Today’s Factismal: The “demon worm from Hell” known as Halicephalobus mephisto lives 2.2 miles underground; that makes it the deepest known multicellular organism.
Roundworms are important critters. They creep along the ground or push their way through the top soil, dining on dead leaves and bacteria and creating a soil rich in the organic nutrients that plants need to survive. Without them, forests would be knee-deep in dead leaves and goo, starving for nutrients and air.
But when worms move into the wrong area, they can prove to be almost as deadly as the piles of detritus that they munch on. For example, there are exotic worms in parts of the United States that are killing off orchids by eating their seeds; these invasive worms were probably accidentally introduced by fishermen or gardeners.
But sometimes the invasion happens thanks to nature. That’s the best explanation for how Halicephalobus mephisto ended up living more than two miles underground. Scientists studying the worms, which were discovered thanks to a hunch by one of the researchers, think that the worms were originally washed deep underground many millenia ago by strong rainfalls. The worms couldn’t climb back up, so they made themselves at home by munching on the thick mats of bacteria that thrive in rock fissures. They soon adapted to their new environment, which is as close to hellish as any on Earth: temperatures of 105°F, pressures equal to 1100 atmospheres, little oxygen, and no light. With all of those challenges, it is no surprise that these little worms are only about 0.01 inch long – roughly as long as the period at the end of this sentence.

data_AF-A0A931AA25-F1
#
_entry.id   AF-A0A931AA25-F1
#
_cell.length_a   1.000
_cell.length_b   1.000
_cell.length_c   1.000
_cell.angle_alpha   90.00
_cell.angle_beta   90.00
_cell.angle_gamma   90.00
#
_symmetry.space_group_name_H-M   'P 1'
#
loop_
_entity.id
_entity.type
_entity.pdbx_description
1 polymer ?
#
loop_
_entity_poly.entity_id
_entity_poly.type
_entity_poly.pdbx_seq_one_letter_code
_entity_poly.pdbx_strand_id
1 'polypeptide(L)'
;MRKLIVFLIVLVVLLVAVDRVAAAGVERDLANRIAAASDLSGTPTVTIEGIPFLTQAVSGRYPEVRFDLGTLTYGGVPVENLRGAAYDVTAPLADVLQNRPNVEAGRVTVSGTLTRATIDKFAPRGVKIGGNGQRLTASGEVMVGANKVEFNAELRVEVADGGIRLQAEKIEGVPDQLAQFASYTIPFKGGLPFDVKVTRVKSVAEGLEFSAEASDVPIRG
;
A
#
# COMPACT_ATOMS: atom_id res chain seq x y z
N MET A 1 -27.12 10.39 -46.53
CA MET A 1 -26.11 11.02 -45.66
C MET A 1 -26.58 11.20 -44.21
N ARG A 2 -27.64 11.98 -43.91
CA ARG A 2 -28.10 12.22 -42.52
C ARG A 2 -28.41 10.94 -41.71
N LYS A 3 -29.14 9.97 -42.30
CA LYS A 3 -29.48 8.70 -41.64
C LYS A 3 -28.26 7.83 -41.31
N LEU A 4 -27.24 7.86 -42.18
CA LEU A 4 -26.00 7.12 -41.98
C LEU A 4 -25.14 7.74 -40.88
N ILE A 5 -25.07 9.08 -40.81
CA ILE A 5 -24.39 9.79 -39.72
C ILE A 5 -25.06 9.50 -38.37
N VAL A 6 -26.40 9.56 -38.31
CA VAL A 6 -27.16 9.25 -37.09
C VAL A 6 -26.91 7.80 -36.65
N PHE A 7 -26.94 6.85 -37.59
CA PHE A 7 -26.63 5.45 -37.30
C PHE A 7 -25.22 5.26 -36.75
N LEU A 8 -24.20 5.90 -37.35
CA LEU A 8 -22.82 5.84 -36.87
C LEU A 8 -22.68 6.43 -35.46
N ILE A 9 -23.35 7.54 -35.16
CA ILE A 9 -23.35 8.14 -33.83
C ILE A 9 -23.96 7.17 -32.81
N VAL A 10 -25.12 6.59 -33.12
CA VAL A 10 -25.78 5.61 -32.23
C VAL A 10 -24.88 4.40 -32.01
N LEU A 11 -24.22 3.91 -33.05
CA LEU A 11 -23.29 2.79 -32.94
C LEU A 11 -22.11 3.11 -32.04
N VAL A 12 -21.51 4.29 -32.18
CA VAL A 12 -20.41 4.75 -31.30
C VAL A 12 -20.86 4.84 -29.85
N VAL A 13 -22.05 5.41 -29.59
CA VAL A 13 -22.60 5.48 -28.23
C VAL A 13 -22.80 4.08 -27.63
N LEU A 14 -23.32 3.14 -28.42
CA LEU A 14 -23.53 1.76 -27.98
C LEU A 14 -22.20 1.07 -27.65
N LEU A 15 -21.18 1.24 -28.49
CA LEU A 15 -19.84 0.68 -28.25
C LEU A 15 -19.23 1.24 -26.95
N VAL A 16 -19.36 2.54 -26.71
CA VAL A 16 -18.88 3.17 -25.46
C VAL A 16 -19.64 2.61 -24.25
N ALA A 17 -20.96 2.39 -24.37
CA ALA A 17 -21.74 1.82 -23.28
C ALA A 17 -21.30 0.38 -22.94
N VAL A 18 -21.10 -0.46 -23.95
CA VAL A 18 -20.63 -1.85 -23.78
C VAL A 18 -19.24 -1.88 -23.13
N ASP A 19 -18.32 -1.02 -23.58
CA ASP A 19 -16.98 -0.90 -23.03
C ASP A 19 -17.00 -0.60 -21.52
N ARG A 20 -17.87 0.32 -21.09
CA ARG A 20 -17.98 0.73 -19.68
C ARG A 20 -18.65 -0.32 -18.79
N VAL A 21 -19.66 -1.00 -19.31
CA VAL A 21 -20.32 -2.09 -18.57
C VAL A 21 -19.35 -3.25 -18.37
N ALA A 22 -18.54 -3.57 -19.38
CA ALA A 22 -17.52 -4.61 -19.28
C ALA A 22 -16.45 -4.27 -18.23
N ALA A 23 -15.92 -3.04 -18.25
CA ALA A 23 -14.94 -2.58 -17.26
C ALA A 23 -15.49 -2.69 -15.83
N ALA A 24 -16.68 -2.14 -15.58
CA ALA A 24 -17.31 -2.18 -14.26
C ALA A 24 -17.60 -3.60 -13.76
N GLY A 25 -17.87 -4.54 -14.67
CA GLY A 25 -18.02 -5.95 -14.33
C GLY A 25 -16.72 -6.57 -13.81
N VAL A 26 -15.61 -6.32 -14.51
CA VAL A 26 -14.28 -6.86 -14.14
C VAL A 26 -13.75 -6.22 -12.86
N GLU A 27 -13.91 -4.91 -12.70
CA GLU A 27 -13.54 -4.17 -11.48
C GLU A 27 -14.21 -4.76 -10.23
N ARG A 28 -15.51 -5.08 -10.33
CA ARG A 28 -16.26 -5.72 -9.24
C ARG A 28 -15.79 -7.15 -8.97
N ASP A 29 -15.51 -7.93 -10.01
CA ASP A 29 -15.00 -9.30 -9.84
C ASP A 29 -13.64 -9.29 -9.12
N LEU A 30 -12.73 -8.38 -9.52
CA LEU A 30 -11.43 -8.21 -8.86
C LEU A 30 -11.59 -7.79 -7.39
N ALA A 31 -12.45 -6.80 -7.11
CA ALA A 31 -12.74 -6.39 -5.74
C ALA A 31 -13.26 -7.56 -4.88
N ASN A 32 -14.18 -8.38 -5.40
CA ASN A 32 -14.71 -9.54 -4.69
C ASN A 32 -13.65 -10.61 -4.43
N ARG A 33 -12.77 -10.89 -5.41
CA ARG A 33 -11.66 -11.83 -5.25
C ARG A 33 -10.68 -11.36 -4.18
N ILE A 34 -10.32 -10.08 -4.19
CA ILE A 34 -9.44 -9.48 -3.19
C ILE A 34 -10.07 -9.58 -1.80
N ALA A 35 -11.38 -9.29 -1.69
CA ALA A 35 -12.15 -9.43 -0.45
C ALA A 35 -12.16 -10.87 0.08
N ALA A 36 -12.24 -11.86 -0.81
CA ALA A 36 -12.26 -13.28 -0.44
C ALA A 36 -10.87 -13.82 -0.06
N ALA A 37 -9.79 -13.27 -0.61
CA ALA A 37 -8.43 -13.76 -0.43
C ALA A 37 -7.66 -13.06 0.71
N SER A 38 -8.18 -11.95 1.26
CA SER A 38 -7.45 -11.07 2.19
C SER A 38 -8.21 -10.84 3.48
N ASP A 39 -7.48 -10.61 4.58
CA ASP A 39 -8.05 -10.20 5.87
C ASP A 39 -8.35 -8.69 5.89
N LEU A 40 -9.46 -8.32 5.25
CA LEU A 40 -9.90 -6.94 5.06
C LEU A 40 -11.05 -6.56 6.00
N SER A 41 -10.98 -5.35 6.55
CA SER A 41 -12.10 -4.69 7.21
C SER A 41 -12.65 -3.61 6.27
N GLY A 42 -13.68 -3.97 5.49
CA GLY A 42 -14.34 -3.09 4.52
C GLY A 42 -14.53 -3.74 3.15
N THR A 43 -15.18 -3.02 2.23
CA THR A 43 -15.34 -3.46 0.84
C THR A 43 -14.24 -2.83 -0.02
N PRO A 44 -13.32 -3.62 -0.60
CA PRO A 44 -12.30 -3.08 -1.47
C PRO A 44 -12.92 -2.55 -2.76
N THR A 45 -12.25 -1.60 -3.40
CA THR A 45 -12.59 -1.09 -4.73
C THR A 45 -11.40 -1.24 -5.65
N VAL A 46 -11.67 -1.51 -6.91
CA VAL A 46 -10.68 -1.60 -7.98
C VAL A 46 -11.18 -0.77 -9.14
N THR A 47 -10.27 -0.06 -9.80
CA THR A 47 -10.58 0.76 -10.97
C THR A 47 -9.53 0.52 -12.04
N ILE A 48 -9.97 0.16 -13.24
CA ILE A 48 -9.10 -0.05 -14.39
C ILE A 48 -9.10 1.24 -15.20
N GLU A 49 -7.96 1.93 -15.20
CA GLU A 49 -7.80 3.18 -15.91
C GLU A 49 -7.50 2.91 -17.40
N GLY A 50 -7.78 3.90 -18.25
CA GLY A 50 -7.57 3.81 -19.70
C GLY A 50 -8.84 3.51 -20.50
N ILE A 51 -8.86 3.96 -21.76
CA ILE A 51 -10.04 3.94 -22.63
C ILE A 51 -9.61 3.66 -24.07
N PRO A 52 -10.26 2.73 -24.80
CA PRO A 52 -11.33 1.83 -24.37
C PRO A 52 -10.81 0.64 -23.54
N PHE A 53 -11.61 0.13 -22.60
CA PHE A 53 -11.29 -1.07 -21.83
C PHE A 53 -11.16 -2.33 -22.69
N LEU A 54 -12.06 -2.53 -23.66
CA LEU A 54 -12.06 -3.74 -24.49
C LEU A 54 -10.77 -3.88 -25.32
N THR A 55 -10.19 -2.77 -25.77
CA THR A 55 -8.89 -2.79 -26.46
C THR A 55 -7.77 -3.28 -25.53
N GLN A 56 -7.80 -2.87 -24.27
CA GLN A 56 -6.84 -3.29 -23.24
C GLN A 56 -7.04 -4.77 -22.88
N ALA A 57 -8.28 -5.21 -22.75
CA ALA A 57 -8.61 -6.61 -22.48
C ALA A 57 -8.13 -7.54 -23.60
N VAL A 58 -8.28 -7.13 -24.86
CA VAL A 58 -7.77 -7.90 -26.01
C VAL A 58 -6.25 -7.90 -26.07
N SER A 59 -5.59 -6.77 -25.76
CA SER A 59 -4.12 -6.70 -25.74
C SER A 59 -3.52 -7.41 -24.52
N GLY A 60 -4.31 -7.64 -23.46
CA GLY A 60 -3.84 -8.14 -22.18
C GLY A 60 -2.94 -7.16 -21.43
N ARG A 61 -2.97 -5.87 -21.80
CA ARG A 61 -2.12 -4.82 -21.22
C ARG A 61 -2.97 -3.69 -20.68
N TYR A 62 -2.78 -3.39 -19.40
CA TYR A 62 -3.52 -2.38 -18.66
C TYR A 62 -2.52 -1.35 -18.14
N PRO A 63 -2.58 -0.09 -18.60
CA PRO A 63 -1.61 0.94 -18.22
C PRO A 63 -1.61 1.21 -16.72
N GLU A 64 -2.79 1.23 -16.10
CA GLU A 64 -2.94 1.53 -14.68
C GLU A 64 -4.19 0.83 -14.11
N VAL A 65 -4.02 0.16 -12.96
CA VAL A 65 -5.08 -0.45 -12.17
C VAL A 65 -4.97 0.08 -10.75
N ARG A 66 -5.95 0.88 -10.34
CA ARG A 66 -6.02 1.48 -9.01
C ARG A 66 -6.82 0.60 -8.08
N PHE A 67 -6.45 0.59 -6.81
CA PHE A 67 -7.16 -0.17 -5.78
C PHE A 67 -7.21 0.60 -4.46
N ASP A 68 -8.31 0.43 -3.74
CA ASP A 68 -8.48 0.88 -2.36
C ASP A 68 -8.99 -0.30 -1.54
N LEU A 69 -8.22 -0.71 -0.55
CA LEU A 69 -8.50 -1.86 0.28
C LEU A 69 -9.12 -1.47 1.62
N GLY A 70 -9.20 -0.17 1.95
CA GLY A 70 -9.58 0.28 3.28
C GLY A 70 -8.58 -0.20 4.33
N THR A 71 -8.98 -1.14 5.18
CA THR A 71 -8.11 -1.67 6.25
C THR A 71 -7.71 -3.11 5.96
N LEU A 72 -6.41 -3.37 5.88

If you’d like to learn more about invasive worms and maybe even help track their depredations, then why not check out the Great Lakes and Canadian Earth Worm Watches? They are looking for people across North America to hunt worms and report the species and sizes found: